Discipline is a tool for subduing our flesh, which “does submit to God’s Law, indeed it cannot.” (Romans 8) Paul also says, “I discipline my body and keep it under control, lest after preaching to others I myself should be disqualified.” (1 Cor 9) Self discipline is a tool to love our neighbors. Only when your life is ordered are you in a position to be free (especially with time) to help others. Self discipline is something that is foreign to most people today. Keeping the same morning/evening routine is only done if work demands make it necessary. Imposed disciple isn’t freedom. If you need 15 extra minutes in your day to read the Scriptures, don’t try and chisel it out in the middle of your day. Our daily schedules are sometimes very difficult to change. Need 15 minutes? Get up 15 minutes earlier (and probably the same time every day). You could settle down 15 minutes earlier, too, but the evening routine is more difficult to maintain.
Now, discipline does NOT equal faith. Your doing of discipline, even when it comes to reading the Bible regularly, doesn’t earn you favor with God. The Spirit does, however, work on you through the Word. The Spirit strengthens the trust in Christ that He gave you. The Spirit kills your flesh and enlivens your new man in Christ through God’s Word of Law and God’s Word of Gospel contained in Scripture. Luther’s comments on memorizing the parts of Catechism are also helpful when it comes to reading the Scriptures.
 But those who are unwilling to learn the catechism should be told that they deny Christ and are not Christians. They should not be admitted to the Sacrament, accepted as sponsors at Baptism, or practice any part of Christian freedom. They should simply be turned to the pope and his officials, indeed, to the devil himself [1 Corinthians 5:5].  Furthermore, their parents and employers should refuse them food and drink, and notify them that the prince will drive such rude people from the country.
 Although we cannot and should not force anyone to believe, we should insist and encourage the people. That way they will know what is right and wrong for those among whom they dwell and wish to make their living. For whoever desires to live in a town must know and observe the town laws, because he wishes to enjoy the protection offered by the laws whether he is a believer or at heart and in private a rascal or rogue.Preface to the Small Catechism, § 11–13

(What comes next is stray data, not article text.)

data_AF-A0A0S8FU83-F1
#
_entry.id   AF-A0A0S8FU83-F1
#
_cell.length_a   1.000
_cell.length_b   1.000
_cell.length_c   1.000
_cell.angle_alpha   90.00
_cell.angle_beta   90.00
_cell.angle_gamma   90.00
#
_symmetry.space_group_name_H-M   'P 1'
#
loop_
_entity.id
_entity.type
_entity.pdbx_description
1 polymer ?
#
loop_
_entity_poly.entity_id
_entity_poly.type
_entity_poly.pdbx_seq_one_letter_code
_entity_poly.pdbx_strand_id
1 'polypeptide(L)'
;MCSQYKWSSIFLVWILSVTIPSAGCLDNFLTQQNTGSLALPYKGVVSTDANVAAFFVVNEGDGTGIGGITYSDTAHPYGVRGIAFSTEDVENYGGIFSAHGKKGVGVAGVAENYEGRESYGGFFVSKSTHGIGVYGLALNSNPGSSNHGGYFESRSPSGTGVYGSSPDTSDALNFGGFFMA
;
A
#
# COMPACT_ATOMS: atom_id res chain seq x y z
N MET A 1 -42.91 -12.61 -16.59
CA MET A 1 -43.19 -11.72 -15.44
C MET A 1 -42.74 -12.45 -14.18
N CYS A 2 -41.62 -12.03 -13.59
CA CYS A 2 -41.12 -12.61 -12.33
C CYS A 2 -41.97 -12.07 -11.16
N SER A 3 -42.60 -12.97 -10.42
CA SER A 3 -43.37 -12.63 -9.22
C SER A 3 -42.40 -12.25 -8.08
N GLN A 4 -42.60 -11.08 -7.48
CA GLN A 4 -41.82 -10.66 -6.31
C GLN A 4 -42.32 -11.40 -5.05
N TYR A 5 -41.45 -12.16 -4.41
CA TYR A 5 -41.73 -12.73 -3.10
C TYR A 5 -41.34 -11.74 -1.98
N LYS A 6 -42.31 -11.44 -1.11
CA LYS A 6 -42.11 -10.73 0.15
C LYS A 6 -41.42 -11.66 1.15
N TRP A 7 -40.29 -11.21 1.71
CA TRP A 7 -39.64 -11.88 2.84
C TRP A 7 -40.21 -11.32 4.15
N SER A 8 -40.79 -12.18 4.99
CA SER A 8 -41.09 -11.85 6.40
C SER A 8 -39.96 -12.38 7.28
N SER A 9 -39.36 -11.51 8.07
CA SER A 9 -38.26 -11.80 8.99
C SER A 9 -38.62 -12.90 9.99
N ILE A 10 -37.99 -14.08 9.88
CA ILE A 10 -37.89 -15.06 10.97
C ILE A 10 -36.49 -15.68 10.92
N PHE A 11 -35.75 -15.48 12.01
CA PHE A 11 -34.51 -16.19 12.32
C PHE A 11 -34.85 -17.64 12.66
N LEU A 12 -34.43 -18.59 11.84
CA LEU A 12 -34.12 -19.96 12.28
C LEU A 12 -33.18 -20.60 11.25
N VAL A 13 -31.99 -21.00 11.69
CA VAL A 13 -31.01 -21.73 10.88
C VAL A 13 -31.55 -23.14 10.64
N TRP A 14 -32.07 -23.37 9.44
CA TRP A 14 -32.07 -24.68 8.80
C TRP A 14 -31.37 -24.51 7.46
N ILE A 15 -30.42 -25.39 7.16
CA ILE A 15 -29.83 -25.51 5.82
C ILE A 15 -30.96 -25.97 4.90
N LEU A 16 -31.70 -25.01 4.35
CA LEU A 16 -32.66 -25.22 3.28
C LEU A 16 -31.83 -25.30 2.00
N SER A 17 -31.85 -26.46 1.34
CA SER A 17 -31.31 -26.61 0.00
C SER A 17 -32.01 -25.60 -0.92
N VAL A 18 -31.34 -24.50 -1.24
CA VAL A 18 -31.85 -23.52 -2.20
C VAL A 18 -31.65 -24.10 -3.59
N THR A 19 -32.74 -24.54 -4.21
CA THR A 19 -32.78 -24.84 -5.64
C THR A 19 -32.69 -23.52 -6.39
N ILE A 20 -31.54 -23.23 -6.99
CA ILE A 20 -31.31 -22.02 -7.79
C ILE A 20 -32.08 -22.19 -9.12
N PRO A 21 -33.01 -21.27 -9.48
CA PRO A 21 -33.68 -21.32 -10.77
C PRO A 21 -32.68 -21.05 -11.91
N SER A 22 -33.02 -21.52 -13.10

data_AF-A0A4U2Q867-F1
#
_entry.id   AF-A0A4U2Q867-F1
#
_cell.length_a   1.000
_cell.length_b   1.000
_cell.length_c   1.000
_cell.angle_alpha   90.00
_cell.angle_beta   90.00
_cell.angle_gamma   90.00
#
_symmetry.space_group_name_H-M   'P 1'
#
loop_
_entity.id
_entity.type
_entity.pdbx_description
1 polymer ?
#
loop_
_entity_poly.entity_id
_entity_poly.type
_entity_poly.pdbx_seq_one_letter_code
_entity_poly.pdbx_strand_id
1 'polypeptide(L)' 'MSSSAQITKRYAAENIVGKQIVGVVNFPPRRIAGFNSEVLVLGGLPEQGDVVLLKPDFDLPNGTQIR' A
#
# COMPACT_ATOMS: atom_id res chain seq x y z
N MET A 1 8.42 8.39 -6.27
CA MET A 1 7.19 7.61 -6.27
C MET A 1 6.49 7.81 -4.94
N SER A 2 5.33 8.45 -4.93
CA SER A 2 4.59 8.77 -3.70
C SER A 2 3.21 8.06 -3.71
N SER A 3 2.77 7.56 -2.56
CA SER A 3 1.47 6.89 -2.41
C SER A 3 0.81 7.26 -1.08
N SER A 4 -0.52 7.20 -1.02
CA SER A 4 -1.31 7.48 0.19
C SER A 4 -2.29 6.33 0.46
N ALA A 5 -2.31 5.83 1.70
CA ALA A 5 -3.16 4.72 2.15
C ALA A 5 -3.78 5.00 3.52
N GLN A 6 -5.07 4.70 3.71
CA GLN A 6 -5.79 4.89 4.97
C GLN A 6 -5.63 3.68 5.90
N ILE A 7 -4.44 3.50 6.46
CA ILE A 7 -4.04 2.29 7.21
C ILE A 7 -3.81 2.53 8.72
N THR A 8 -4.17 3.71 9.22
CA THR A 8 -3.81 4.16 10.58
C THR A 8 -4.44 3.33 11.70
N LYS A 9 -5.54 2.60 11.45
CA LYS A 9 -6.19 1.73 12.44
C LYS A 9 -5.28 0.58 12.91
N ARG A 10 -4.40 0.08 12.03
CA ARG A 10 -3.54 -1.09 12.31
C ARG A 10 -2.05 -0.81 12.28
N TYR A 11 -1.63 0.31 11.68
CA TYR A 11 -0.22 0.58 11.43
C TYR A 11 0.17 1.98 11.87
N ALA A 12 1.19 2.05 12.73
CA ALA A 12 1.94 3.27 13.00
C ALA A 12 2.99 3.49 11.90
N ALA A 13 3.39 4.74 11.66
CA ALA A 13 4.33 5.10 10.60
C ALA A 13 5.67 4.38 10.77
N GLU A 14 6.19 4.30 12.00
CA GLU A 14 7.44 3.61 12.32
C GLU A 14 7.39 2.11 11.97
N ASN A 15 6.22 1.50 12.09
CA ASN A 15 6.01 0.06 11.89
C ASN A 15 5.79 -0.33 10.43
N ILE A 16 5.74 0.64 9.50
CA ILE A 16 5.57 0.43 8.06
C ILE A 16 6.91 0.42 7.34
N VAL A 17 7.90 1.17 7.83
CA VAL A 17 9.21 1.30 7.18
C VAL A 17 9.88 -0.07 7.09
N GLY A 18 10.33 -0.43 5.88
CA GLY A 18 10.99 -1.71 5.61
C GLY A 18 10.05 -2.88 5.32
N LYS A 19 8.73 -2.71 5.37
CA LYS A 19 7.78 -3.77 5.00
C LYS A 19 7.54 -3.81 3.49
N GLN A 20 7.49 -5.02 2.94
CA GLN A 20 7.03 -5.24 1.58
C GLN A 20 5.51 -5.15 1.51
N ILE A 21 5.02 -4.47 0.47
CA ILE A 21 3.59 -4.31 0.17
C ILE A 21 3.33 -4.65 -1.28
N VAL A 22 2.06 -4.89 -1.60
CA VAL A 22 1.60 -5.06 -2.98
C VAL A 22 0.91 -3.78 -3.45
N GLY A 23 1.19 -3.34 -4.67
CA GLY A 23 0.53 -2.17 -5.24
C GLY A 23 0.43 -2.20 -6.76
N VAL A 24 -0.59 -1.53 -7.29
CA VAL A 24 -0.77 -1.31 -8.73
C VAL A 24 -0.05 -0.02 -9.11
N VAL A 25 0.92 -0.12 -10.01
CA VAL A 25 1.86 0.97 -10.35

from Concordia: The Lutheran Confessions
God’s Word is a Gift. Through it the Father, by the authorship of the Spirit, delivers Jesus His Son to your heart, soul, mind, and strength (1 Cor 15). God’s Word makes you new. Not just the Word and Spirit delivered in Holy Baptism (Tit 3), but the Word of Scripture, too, which also delivers the Holy Spirit (1 Tim 3; 2 Pet 1), who makes you holy. Through His Word God sanctifies you, your day, and your work. Jesus says, “Sanctify them in your truth; Your Word is Truth.” (Jn 17) Through His Word of Law God prunes you (Jn 15). Through His Word of Gospel He sows the Word of Life (Mt 13). His Word of Law and His Word of Gospel is delivered in Holy Scripture.
You could certainly google bible plans and find all sorts. But there’s no commentary on them. They’re just offered. This is like offering an address and different kinds of maps without any specific directions or guidance. Once, I did that on my own where I live in Kansas trying to get to a member’s house, and I ended up stuck on a mud road. My comments aren’t Law for you, but they will show you how I got to where I am. Maybe that means you’ll do what I do, maybe you’ll use one of the other plans laid out here, or maybe a google search will serve you better. No matter what, “let him who boasts in the Lord.” (1 Cor 1) “Now may the God of peace Himself sanctify you completely, and may your whole spirit and soul and body be kept blameless at the coming of our Lord Jesus Christ. He who calls you is faithful; He will surely do it.” (1 Thess 5) “Sanctify them in Your Truth; Your Word is Truth” (Jn 17)